Ruling

00540-15 Folkes v Cornish Guardian

    • Date complaint received

      13th May 2015

    • Outcome

      No breach - after investigation

    • Code provisions

      1 Accuracy

·  Decision of the Complaints Committee 00540-15 Folkes v Cornish Guardian

Summary of complaint 

1. Alex Folkes complained to the Independent Press Standards Organisation that the Cornish Guardian had breached Clause 1 (Accuracy) of the Editors’ Code of Practice in two articles headlined “Alex Folkes: Was child porn found? ‘That depends on how you define it’” and “Alex Folkes attends council meeting – guaranteeing at least another six months in allowances”, published on 26 November 2014 and 8 January 2015 respectively. 

2. The complainant is a local councillor, and the article of 26 November was described as a “full transcript” of a telephone interview with the complainant, relating to allegations that child sexual abuse images had been found on his computer. It claimed that, when questioned as to whether the images had been “child pornography”, he responded saying “that depends how you define child pornography”. The article of 8 January reported that the complainant had attended his first council meeting in three months. The complainant was concerned about the online version of this article only, the headline of which noted that he would now be eligible to receive a further six months’ worth of allowances, due to his attendance at the meeting. 

3. The complainant said that in his conversation with the journalist, prior to publication of the 26 November article, he had not responded as quoted; the journalist had not mentioned “child pornography”, but pornography more generally. His recollection was that the rest of the newspaper’s published account of the conversation was substantially correct. He also complained that the article of 8 January was misleading; he had not attended the meeting in order to continue receiving allowances, he had attended because the subject matter was of importance to his constituents. The complainant had contacted the newspaper directly, prior to contacting IPSO, but was not satisfied with the responses he had received.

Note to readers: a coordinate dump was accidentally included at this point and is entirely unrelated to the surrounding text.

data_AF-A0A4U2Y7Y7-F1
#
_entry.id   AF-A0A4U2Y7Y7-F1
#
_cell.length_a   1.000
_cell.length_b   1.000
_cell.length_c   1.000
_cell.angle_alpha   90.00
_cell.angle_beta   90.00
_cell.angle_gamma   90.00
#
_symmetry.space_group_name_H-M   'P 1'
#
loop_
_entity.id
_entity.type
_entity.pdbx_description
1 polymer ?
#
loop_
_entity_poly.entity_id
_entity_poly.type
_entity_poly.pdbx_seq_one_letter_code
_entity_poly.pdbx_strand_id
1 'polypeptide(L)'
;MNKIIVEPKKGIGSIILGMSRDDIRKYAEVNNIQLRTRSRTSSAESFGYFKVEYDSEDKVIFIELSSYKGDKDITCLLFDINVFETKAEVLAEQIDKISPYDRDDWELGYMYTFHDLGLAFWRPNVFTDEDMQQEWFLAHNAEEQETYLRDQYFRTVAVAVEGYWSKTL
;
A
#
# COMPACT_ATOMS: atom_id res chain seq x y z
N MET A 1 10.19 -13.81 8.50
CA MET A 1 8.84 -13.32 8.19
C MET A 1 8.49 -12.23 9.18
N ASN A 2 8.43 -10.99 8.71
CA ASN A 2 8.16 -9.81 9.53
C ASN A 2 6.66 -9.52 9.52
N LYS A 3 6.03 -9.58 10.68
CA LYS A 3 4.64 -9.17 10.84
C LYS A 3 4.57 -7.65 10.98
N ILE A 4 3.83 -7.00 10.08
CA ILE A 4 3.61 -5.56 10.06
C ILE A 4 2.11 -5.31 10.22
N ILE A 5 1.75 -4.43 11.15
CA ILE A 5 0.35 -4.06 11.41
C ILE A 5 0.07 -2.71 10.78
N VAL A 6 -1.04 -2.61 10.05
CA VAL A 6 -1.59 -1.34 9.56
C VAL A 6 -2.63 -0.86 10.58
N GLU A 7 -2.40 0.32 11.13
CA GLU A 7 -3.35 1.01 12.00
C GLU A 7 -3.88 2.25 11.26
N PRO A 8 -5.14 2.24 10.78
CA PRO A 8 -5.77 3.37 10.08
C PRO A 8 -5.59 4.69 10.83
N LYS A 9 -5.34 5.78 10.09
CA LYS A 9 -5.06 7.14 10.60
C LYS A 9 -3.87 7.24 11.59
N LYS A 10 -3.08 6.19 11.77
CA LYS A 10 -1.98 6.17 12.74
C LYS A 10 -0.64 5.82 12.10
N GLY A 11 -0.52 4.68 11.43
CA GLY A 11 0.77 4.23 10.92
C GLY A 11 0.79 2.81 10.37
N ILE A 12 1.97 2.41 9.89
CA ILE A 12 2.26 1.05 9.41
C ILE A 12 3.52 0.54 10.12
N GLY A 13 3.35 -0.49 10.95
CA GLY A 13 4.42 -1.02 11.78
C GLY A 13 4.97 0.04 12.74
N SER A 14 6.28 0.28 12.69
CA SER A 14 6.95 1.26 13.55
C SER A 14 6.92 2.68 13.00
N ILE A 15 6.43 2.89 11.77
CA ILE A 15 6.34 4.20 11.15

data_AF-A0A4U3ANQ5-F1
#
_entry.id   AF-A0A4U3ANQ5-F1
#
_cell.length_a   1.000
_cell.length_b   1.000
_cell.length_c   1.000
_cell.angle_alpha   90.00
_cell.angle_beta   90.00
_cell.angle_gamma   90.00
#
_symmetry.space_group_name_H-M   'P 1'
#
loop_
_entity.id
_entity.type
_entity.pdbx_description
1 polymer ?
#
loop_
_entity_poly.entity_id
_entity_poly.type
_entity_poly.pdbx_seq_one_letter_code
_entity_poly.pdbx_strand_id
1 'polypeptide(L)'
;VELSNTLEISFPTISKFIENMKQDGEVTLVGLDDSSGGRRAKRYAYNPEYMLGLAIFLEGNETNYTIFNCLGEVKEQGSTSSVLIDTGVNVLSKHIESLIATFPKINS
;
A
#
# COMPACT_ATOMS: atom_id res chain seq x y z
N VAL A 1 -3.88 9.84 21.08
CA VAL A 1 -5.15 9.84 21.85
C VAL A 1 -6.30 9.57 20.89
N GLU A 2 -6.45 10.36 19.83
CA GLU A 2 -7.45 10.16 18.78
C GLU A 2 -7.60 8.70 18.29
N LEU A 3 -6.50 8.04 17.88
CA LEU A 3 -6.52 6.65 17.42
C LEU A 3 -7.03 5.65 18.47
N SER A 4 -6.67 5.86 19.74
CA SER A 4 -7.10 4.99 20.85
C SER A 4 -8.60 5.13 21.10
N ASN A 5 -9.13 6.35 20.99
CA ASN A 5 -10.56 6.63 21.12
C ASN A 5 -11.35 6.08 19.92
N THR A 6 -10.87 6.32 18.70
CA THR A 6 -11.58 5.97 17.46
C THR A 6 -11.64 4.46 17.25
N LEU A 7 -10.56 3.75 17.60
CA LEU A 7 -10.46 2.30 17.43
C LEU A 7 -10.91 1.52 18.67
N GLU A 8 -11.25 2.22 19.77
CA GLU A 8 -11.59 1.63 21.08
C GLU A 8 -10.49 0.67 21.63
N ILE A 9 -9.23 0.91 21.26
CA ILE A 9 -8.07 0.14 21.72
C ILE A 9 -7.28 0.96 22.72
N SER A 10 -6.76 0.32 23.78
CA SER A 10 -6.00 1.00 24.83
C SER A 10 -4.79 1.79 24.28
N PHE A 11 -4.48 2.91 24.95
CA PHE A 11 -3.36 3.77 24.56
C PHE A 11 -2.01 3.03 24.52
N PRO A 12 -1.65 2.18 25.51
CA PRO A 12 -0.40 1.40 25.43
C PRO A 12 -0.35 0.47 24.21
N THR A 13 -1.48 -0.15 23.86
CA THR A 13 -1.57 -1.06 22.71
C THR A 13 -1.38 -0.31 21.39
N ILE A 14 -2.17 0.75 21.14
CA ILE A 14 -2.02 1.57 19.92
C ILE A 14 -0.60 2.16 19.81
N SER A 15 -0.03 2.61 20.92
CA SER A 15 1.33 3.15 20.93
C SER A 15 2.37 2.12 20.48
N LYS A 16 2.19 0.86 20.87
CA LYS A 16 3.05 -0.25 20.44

4. The newspaper said that serious allegations had been made against the complainant, and that it was in the public interest to report them. It said that it was clear that the complainant was considered by the Council to be a “serious and enduring risk to children”, and it had covered the allegations against him extensively. Its journalist was adamant that the complainant had used the term “child pornography” on the telephone, and it was satisfied that the article was an accurate report of the conversation. The newspaper said that the conversation had been relayed to the news editor immediately, and was typed only minutes after it had ended. It provided a note which had been taken during the conversation, which recorded the words “definition depends”. Nonetheless, the newspaper offered to publish the following denial, on page 10, where the original article appeared, and as a footnote to the online article: 

“An article published in the Cornish Guardian on November 26 2014 and on our website, cornishguardian.co.uk, reported a telephone conversation between Cllr Alex Folkes and Cornish Guardian reporter Graham Smith. During the conversation, we reported that Mr Smith asked Cllr Folkes whether child porn had allegedly been found on his computer. We printed that Cllr Folkes’ response to this question was: ‘That depends how you define it’.

On publication, Cllr Folkes contacted the Cornish Guardian to strongly deny saying this.

The Cornish Guardian reporter did not have a verbatim report of the conversation and in the circumstances, therefore, we would wish to make it clear that Cllr Folkes denies saying this to the reporter.”